And reveal the reason why.

The dark threads are as needful
In the weaver’s skillful hand
As the threads of gold and silver
In the pattern He has planned

He knows, He loves, He cares;
Nothing this truth can dim.
He gives the very best to those
Who leave the choice to Him.
(Corrie Ten Boom often used this poem as she described a Tapestry that hangs currently at the museum. I challenge you to read, “The Hiding Place).

In Pursuit of my African Dream – Time, like the wind, those are hurrying by and the hours just fly . . .




A song which was a hit in the period 1965 – 1969 sung by John Rowles called “If I only had time” is what sprung to mind when I thought of writing this blog this week. The song goes something like this . . .

. . .  so much to do, if I only had time, if I only had time. Dreams to pursue, if I only had time, they’d be mine.

Why is it that some people think I always have an endless amount of time on my hands? I always make time to answer SMS messages, e-mails, Facebook (and other social media requests)? I’m the “walking yellow pages” for some and the endless event co-ordinator/organiser for others? Whenever my brain is “picked for ideas or contacts for a whole range of things” I can always come up with something in terms of an idea or contact – even it I have to get back to the person later.

On the other hand, when I ask for information or help (which happens so seldom I can count it on one hand and only if I cannot find the information or item anywhere else), nobody seems to have the time to respond?

A few months ago I sent an SMS to a few people asking for something specific – to date, nobody has responded. Today, I saw one of the people I sent this SMS to and she said “I know I have not responded yet but I’m still working on what you asked – is there still time for me to respond?” This information was required for something specific with a specific deadline . . . 

I recently sent out an SMS to one specific person (again, for something specific having a specific timeframe), the person responded saying they would give it to me later, then silence. I sent a reminder, an apology followed with a request to send them a reminder the next morning (which I did as per the request) and still nothing has been forthcoming. I’m giving up on this request now and, as usual, will make an alternative plan – which is generally what I do.

Are people really genuinely so busy, they cannot respond? We are all given exactly the same amount of hours each day i.e. 24 hours. Granted, some are wives/husbands, mothers/fathers but being single with a full time job and studying part time does not mean I have any more time on my hands than anybody else. The time wives and husbands spend on household chores and family responsibilities, I spend studying which makes us about equal in terms of free time available, I would think – or am I delusional?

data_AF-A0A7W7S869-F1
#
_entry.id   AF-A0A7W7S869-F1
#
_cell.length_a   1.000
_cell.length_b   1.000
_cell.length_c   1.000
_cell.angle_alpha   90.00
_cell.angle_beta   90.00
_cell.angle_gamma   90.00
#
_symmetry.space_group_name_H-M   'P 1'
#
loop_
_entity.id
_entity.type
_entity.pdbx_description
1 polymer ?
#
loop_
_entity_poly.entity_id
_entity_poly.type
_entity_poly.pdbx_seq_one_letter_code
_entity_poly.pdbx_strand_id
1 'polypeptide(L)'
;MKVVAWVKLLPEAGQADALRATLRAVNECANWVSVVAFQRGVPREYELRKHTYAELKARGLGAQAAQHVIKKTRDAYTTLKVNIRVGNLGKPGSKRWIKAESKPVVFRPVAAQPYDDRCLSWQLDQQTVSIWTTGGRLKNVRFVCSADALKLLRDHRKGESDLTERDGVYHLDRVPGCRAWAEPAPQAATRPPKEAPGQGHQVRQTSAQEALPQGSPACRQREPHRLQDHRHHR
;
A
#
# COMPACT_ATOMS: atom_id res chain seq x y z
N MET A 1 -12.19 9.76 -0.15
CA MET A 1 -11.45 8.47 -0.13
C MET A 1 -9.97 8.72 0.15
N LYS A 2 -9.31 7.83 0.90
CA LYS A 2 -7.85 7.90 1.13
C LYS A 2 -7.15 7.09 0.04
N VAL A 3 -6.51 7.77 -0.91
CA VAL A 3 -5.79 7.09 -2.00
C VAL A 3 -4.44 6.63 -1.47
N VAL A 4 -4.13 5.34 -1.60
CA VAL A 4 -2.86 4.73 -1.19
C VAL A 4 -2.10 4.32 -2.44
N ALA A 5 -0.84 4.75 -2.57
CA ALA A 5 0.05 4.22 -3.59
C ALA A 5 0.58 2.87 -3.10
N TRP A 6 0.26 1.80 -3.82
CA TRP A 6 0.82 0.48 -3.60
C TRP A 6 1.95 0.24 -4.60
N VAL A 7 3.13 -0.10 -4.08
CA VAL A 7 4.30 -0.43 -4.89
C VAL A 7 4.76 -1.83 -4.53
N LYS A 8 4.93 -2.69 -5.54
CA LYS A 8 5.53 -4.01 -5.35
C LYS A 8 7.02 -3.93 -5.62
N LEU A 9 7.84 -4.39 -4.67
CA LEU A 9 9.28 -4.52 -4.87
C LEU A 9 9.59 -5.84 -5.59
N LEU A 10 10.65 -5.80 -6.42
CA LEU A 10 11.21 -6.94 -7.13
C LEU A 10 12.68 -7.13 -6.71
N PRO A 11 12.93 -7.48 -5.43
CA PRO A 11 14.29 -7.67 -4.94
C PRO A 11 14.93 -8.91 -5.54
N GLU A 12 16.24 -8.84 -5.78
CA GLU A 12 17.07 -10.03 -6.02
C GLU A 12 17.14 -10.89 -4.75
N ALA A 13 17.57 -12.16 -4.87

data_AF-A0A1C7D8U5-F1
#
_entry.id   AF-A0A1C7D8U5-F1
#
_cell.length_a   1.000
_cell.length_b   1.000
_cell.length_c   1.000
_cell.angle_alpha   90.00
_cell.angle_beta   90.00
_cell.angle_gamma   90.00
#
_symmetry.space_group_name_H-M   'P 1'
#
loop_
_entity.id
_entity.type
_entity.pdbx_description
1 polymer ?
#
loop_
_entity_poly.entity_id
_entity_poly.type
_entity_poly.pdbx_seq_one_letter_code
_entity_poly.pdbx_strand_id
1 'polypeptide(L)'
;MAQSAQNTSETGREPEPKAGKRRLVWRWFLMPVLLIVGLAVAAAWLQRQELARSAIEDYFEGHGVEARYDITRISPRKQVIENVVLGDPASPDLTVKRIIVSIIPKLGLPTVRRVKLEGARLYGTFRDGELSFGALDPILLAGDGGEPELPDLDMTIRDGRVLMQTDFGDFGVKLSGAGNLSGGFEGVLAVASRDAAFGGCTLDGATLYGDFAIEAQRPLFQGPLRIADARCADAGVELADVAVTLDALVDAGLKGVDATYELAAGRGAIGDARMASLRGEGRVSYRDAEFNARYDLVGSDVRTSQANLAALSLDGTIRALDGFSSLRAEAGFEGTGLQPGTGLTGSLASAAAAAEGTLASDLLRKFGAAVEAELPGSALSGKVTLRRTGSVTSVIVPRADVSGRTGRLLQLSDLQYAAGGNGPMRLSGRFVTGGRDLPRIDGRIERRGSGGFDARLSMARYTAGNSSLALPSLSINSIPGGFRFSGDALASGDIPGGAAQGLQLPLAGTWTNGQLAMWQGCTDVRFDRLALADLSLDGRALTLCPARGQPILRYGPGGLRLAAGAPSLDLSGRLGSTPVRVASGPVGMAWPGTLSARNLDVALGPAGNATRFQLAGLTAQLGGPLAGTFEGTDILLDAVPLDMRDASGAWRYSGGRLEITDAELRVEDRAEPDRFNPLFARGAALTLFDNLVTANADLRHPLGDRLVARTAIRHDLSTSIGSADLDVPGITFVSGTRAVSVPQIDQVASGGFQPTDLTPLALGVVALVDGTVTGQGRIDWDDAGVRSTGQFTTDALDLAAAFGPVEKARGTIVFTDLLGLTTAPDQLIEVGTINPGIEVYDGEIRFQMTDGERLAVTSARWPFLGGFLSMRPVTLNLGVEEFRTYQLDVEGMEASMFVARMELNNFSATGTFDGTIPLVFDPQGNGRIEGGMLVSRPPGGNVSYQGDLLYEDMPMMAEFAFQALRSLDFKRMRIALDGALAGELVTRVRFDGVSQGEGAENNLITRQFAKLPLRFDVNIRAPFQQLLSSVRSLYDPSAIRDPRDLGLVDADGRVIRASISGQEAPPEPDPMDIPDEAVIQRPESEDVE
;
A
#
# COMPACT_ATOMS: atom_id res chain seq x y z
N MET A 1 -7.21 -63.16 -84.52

I have been told on more than one occasion that when you are married and a parent, your priorities change. This I understand completely – my priorities would change too but remember, working full time and studying part time, my priorities have changed too!  Yet, I try to keep my family and friends included in my life as far as possible – even if it has to be via SMS, e-mail and social media. I do my utmost to still be the daughter, sister and aunt I am expected to be.

Parents usually have to wait until after 8pm to catch up with chores, bills, preparing for tomorrow and hopefully, spending some quality time with their spouse. I, working full time, by the time I’ve done one hour of gym, had supper etc it is after 8pm when I can “hit the books”.

I also have deadlines to meet in terms of assignments which need to be submitted timeously. I also have bills to pay, budgets to calculate to ensure that I have the money to pay the bills, exams to prepare for etc. so I’m still trying to find out how come I supposedly have more time on my hands than anybody else?

Oh, I also forgot to mention that I also do voluntary work for a group called Women Demand Dignity ( and I’m also part of a Disabled Women’s Leadership Development Programme (DWLDP) which runs for three years (2011- 2013) being trained to become a leader and facilitator which involves assignments which takes up a lot of my time. When I’m studying I usually only get to bed at around 01:00 and have to be up at 05:00 again to leave home at around 06:30 otherwise I would never get to work by 08:00. I am at work for 8 hours per day, I’m on the road travelling for 4 hours – 2 hours to work and 2 hours back home. That’s a total of 12 hours of my day gone already – need I say more?